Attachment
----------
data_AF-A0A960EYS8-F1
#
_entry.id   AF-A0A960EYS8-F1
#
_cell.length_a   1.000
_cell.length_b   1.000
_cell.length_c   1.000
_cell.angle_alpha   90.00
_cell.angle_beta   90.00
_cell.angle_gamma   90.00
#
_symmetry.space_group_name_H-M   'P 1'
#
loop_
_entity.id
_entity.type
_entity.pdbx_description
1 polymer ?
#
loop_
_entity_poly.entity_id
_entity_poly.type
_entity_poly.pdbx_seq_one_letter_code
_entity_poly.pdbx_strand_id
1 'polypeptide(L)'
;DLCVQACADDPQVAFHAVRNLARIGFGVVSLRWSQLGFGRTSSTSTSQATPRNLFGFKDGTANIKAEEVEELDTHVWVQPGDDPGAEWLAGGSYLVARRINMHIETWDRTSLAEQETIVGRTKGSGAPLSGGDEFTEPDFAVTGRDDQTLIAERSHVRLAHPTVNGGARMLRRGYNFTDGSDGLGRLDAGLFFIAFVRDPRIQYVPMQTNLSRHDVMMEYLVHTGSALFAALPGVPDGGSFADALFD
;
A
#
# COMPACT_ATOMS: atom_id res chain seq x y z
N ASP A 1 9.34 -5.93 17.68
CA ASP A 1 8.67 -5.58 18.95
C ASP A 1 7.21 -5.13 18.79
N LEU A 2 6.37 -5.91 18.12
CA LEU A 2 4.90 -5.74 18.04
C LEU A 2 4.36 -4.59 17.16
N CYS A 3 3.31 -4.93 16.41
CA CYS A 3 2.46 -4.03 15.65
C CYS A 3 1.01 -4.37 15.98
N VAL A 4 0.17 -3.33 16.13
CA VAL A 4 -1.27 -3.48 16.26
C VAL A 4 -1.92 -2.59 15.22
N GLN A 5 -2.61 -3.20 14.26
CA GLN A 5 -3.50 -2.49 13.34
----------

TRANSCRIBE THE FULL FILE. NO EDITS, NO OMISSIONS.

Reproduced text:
data_AF-A0A960EYS8-F1
#
_entry.id   AF-A0A960EYS8-F1
#
_cell.length_a   1.000
_cell.length_b   1.000
_cell.length_c   1.000
_cell.angle_alpha   90.00
_cell.angle_beta   90.00
_cell.angle_gamma   90.00
#
_symmetry.space_group_name_H-M   'P 1'
#
loop_
_entity.id
_entity.type
_entity.pdbx_description
1 polymer ?
#
loop_
_entity_poly.entity_id
_entity_poly.type
_entity_poly.pdbx_seq_one_letter_code
_entity_poly.pdbx_strand_id
1 'polypeptide(L)'
;DLCVQACADDPQVAFHAVRNLARIGFGVVSLRWSQLGFGRTSSTSTSQATPRNLFGFKDGTANIKAEEVEELDTHVWVQPGDDPGAEWLAGGSYLVARRINMHIETWDRTSLAEQETIVGRTKGSGAPLSGGDEFTEPDFAVTGRDDQTLIAERSHVRLAHPTVNGGARMLRRGYNFTDGSDGLGRLDAGLFFIAFVRDPRIQYVPMQTNLSRHDVMMEYLVHTGSALFAALPGVPDGGSFADALFD
;
A
#
# COMPACT_ATOMS: atom_id res chain seq x y z
N ASP A 1 9.34 -5.93 17.68
CA ASP A 1 8.67 -5.58 18.95
C ASP A 1 7.21 -5.13 18.79
N LEU A 2 6.37 -5.91 18.12
CA LEU A 2 4.90 -5.74 18.04
C LEU A 2 4.36 -4.59 17.16
N CYS A 3 3.31 -4.93 16.41
CA CYS A 3 2.46 -4.03 15.65
C CYS A 3 1.01 -4.37 15.98
N VAL A 4 0.17 -3.33 16.13
CA VAL A 4 -1.27 -3.48 16.26
C VAL A 4 -1.92 -2.59 15.22
N GLN A 5 -2.61 -3.20 14.26
CA GLN A 5 -3.50 -2.49 13.34